• Completing a 5-miler in what felt like a 104-degree sauna. Just finishing this run was enough.
  • Soaking in the cool fall weather on my run yesterday, which was especially wonderful after the inferno we ran through on Wednesday.

As of this post, we are only 42 (AHH!) days away from race day! Hopefully by this time next week I’ll have a more positive training report to share!

QUOTE OF THE POST: “Erase from your mind that your preparation must be perfect. Hard work + dedication = a shot at your dreams. Keep believing.” – Kara Goucher

MCM Training | Highs and Lows

1234640_10151604678672467_119144239_nThanks to an epic adventure in Oregon at Hood to Coast last weekend, I’ve been a bit M.I.A. in the MCM training update department. A week of gearing up for the relay followed by a week of recovering from it meant I didn’t check off everything on my weekly workout to-do list, but it was worth it for everything I experienced on the West Coast. My 16-miler yesterday went A-okay despite summer’s sauna-like nastiness that just refuses to go away. But from here on out, it’s smooth sailing until October 27! Here are the highs and lows from the last two weeks of training:

Highs: 

  • Every second spent running the Hood to Coast relay. I raced hard and forged friendships with inspring, strong women from around the U.S. You can read about my journey here and here.
  • A muddy, wonderful trail run at lunch after a torrential downpour earlier that morning. The best part? The guys let me lead so I didn’t have to make ’em wait at the bottom. Not having to play catch-up made the run that much more fun. (I’m a very slow trail runner – I’d rather not crack my head open!) And heck, you just can’t beat a trail run to break up the work day!
  • Monday’s yoga session was just what the doctor ordered after the relay. It was an hour’s worth of recovery that my body desperately needed. I also managed to NOT fall asleep in shavasana, thankfully.
  • Choosing to gut out a short tempo run rather than skipping it outright or after the first mile or so. My body and brain were wrecked after Hood to Coast, but I decided I just couldn’t duck out of Thursday’s three-mile tempo. I knew I’d feel worse not doing it than getting it done and having it hurt like hell.

Lows:

  • That short tempo run hurt like hell. I know I was still tired after racing, but a sucky workout is never fun. Blehhhh…
  • Out of the four gym sessions I should’ve completed, I did just one. Yes, I was out of town most of last week, but I just couldn’t get myself down there to workout. I was too dang tired.
  • Failing to get to bed early to recover from the relay. I swore up and down all week that I’d be in bed by 9:30 so I’d get a full night’s rest, but… I didn’t. And my runs suffered because of that.

A quick side note: I’ve been feeling somewhat discouraged about my long runs throughout this training cycle. Since I want to PR at MCM, I’ve been worried about hitting certain paces each weekend. BUT I learned two things over the past couple weeks that have helped me realize that I shouldn’t be stressing out :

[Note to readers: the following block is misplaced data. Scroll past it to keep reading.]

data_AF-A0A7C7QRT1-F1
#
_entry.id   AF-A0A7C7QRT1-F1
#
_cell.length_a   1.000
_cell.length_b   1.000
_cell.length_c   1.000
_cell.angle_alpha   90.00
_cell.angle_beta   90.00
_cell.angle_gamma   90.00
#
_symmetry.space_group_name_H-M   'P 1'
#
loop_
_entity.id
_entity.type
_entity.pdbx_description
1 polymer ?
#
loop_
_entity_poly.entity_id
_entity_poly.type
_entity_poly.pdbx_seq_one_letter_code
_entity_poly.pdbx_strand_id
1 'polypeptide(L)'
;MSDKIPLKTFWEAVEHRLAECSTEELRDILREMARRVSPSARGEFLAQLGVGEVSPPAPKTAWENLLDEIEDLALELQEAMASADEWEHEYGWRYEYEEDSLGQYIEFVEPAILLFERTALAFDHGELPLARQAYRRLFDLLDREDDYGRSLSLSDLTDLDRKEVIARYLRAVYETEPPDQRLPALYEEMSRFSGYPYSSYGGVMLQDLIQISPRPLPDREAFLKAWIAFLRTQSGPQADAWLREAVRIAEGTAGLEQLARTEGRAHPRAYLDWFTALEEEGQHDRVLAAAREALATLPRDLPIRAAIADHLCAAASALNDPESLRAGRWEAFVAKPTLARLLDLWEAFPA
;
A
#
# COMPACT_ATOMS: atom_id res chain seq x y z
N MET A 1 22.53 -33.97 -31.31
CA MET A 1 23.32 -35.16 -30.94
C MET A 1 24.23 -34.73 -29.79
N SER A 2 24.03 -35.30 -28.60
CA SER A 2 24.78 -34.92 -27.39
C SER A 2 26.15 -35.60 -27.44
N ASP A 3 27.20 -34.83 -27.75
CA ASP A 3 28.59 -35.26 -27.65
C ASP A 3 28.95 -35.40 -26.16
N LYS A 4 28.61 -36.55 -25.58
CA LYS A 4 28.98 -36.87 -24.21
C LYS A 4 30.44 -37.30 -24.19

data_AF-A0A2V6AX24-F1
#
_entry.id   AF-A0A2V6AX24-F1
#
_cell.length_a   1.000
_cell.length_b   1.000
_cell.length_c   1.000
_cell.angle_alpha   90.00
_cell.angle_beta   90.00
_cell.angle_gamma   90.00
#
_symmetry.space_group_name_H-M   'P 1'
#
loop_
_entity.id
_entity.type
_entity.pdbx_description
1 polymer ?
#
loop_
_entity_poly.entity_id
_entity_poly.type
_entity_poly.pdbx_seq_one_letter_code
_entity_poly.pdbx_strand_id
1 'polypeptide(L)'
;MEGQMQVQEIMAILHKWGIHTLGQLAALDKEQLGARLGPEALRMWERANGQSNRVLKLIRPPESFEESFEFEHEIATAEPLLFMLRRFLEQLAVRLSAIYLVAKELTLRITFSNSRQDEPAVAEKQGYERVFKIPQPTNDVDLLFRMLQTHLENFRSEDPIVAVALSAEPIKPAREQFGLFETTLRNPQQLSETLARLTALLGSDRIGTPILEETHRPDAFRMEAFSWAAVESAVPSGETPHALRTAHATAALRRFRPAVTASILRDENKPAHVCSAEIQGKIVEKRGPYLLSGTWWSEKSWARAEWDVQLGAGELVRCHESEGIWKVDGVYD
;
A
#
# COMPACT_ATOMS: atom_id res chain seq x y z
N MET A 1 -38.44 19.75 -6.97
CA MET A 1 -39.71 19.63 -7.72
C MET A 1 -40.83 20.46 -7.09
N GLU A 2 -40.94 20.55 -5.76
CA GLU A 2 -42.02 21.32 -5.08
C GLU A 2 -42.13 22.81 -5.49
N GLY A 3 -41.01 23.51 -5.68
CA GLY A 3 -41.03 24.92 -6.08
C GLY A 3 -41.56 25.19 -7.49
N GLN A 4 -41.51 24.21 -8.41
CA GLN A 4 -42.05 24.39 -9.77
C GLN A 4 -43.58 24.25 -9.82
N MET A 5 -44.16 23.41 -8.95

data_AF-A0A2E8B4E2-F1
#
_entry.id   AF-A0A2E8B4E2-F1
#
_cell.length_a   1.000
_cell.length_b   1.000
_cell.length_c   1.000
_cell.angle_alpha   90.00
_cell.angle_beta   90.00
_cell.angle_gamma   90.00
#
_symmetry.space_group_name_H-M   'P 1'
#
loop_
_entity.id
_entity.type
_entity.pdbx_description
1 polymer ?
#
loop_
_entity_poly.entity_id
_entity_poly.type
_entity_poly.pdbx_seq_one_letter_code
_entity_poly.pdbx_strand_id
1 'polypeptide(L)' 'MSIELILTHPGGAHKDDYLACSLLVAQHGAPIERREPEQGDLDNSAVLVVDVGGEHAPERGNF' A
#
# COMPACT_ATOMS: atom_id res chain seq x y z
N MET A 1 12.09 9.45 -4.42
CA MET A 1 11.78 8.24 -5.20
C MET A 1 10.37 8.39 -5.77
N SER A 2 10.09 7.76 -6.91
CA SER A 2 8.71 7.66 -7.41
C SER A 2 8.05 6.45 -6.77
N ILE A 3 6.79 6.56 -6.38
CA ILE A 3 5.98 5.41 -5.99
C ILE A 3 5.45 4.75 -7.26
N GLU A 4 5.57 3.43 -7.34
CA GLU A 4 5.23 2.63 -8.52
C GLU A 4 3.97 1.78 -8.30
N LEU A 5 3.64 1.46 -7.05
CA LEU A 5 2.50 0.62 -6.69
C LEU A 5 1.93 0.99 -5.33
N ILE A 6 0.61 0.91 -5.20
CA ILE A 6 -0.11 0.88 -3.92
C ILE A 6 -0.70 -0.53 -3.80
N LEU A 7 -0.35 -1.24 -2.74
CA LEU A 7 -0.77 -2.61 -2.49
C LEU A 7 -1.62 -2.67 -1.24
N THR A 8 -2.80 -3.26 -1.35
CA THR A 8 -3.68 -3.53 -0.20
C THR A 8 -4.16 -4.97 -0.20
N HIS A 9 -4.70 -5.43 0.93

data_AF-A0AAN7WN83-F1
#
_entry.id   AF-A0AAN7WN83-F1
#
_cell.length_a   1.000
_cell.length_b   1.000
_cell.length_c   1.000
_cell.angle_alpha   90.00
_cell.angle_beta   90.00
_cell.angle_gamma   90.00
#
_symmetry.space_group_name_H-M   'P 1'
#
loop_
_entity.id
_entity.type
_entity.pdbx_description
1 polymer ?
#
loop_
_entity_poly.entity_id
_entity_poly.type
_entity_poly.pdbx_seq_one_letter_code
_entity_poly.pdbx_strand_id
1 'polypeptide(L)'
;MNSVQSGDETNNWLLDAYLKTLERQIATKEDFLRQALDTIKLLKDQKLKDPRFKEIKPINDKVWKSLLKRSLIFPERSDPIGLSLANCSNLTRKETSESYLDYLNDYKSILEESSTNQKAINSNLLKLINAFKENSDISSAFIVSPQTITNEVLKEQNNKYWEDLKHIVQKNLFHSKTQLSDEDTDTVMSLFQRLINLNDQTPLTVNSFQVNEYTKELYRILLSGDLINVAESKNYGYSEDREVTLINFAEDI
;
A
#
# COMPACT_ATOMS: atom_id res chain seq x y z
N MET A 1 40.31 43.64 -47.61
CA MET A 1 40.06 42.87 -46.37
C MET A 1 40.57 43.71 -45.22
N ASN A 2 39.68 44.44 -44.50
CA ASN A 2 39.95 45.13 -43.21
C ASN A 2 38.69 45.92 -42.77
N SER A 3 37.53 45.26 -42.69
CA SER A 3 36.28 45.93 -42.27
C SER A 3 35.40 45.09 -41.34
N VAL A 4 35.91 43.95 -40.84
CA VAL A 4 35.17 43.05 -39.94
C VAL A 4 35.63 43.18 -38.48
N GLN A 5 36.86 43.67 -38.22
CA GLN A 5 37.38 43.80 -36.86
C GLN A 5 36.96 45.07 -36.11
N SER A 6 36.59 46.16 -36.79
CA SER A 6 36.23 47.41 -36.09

1) Yes, it’s been hot and humid. I know this makes for slower miles. And thankfully my trusty training log confirmed that I, indeed, ran the pretty much the same paces last year, too. Those “slow” training runs translated into my fastest marathon yet.

2) A speedy HTC roommate told me that she’s run in the 3:1X’s off of long runs at 8:15 pace. Yes, I know long, slow distances runs are supposed to be slow, but it took a real live person telling me just how slow to make me understand that I don’t need to run at or near “race pace” to actually hit it on the big day. Clearly, I’m still SUCH a stubborn marathon newbie! Learning as I go, right? Anyway….

….We’re just TWO months away from the big day! Until next week!

QUOTE OF THE POST: “Running has thrown me into adventures that I would otherwise have missed.” – Benjamin Cheever

MCM Training | Holy Hills

This morning’s 18-miler sucked.

Or at least the first 17 were a slow, sweaty slog. I’ll admit, I wanted to call it quits before I took my first step. No real positive thoughts ran though my head while I got ready. Just get this over with, I kept thinking. But there I was at 7 a.m., groggy and so not game for the helluva hill run ahead of me.

Ironically, my introduction to this notorious loop was for my first 18-miler leading up to Marathon #1 last fall. I remember my coworker told me that it has made people cry thanks to its six (or seven?) daunting, named inclines–runners know that if a hill has a name, nothing good can come of it–that are just relentless. It’s even got a hill dubbed “The Hill That Must Not Be Named.” I’ve done this run a handful of times since then. It’s both soul-crushing and confidence-building. For this reason, this stunning run through PA farmlands has become a staple of my marathon training.

Screen Shot 2013-08-18 at 1.56.07 PM

Last year, I was blissfully unaware of what was ahead. On today’s anniversary of that run, despite knowing all too well what was ahead, the hills not only looked like walls, but they felt like them, too. I knew today was not about speed; getting the distance done was my focus. I know it was likely a self-fulfilling prophecy, but my legs felt like s***, slowing me almost to a walk on the very first hill. Really? I still have so many more hills to get over! This was mental marathon training at its finest.